Because we're not depopulating Southern Brooklyn, Queens and most importantly Long Island. The expressways that he mentions are mostly stub highways. Half of them never got completed because people rightfully rebelled against their superfluousness so they kind never went anywhere. Think the Prospect Expressway, or the Clearview in Queens, those are two that I think you could get rid of and get good results. The Belt IMO is a primary route across the region. I believe it even predates the LIE as a route, it serves the airport from the east.

Alon Levy said...

Actually, we kind of are depopulating Long Island. Suffolk County's population peaked in 2004; Nassau County's been decreasing since 1970, with a brief respite in the 1990s.

Alon Levy said...

On another note...

BTW: nycroads.com says that some of these bridge replacements were due to be completed by 2006. I wonder what happened.

Wikipedia says that the Second System was due to be completed by 1948. I wonder what happened.

Cap'n Transit said...

It's true that the Prospect and Clearview could be seen as unnecessary, and the Grand Central as redundant. They could be taken down because they aren't very highly used.

I am arguing that the Belt should be removed or reduced precisely because it is highly used. It's a primary enabler of sprawl, and we can't afford to continue subsidizing sprawl with our taxes.

Bedford Empress said...
This comment has been removed by a blog administrator.
Cap'n Transit said...

Empress Doug, I'm deleting your comments here because they're only aimed at insulting people ("anti-highway religion") instead of having a meaningful dialogue.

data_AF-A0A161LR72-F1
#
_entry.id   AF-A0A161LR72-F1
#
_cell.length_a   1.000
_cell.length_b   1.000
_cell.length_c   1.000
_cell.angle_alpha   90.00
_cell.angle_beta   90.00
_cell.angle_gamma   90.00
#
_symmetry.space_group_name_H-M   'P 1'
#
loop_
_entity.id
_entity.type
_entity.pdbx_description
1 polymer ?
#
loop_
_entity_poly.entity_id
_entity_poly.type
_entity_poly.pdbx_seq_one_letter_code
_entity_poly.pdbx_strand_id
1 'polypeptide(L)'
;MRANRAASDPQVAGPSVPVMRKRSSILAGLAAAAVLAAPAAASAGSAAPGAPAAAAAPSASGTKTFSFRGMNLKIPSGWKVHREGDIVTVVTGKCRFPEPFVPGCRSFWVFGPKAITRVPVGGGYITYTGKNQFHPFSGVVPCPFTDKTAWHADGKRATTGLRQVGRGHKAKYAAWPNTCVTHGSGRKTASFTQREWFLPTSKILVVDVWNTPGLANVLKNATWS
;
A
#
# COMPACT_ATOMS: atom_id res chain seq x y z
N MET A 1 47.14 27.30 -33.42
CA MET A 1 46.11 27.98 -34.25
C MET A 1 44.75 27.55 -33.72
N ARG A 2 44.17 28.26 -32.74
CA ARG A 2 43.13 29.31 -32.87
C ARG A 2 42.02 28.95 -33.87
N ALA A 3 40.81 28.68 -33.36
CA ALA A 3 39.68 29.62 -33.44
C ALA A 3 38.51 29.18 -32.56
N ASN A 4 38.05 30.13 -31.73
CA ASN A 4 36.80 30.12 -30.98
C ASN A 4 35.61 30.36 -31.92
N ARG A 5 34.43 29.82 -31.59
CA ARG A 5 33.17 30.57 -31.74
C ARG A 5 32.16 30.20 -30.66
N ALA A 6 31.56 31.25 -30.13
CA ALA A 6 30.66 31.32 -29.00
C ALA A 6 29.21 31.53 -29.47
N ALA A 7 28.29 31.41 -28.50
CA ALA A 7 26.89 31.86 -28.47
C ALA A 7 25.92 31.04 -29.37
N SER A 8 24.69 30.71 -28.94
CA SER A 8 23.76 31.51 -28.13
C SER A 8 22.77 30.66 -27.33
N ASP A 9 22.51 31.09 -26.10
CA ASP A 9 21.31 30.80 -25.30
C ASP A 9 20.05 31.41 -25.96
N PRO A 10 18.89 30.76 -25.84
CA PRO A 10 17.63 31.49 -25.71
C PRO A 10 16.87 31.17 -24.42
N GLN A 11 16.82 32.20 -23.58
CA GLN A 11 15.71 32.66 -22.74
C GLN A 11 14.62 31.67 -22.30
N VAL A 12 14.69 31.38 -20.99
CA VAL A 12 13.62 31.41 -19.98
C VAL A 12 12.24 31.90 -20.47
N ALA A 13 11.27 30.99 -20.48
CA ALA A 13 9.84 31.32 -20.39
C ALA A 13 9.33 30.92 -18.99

jonboy200 said...

Actually, we kind of are depopulating Long Island. Suffolk County's population peaked in 2004; Nassau County's been decreasing since 1970, with a brief respite in the 1990s.

While this true, they are still millions living out there. They have to get goods and be able to get out. Let me say this, I want better more livable streets, but just like the automobile being allowed to take over everything was a mistake, destroying all car related infrastructure overnight is not going work. It will only cause pain. What needs to happen is a systematic change on how we develop land and how we live. Long Island has no one seat connection to the rest of the world outside on a rail network, so if they want to go say Philadelphia they drive. That's not their fault, they didn't make these awful policy decisions. People need to be given real options to reconfigure the way they live in both urban areas and suburbia, for it to really work for everyone.

Douglas A. Willinger said...
This comment has been removed by a blog administrator.
Douglas A. Willinger said...
This comment has been removed by a blog administrator.
Yury said...

It takes 15 minutes for me to go from Sheepshead Bay to JFK every day to work. At timeframes when I use the Belt it is not congested and I don't have to sit in traffic jams.
If I used public transportation it would take me at least 2 hours one way. I don't want to loose 4 hours of my life everyday just because some people need walking access to the Bay.
If you want it to be removed, build a good railroad on the same root instead.

Cap'n Transit said...

Yury, I'd love to see a train on this general route. But would you settle for an express bus?

Yury said...

I probably would.
Nothing is more convinient than driving your own car but if the question is to save the nature, I would agree to take a nice comfortable express bus.
But I also would prefer fully electric car (this way the nature will not be hurt) because nothing will replace the convinience of NOT freezing balls on a bus stop in winter.

George K said...

Cap'n: I'm sorry I'm late on this, but I have one question: Are the people who are advocating for the removal of the Sheridan Expressway asking for it to be replaced by a greenway or a boulevard-type street?

Thanks.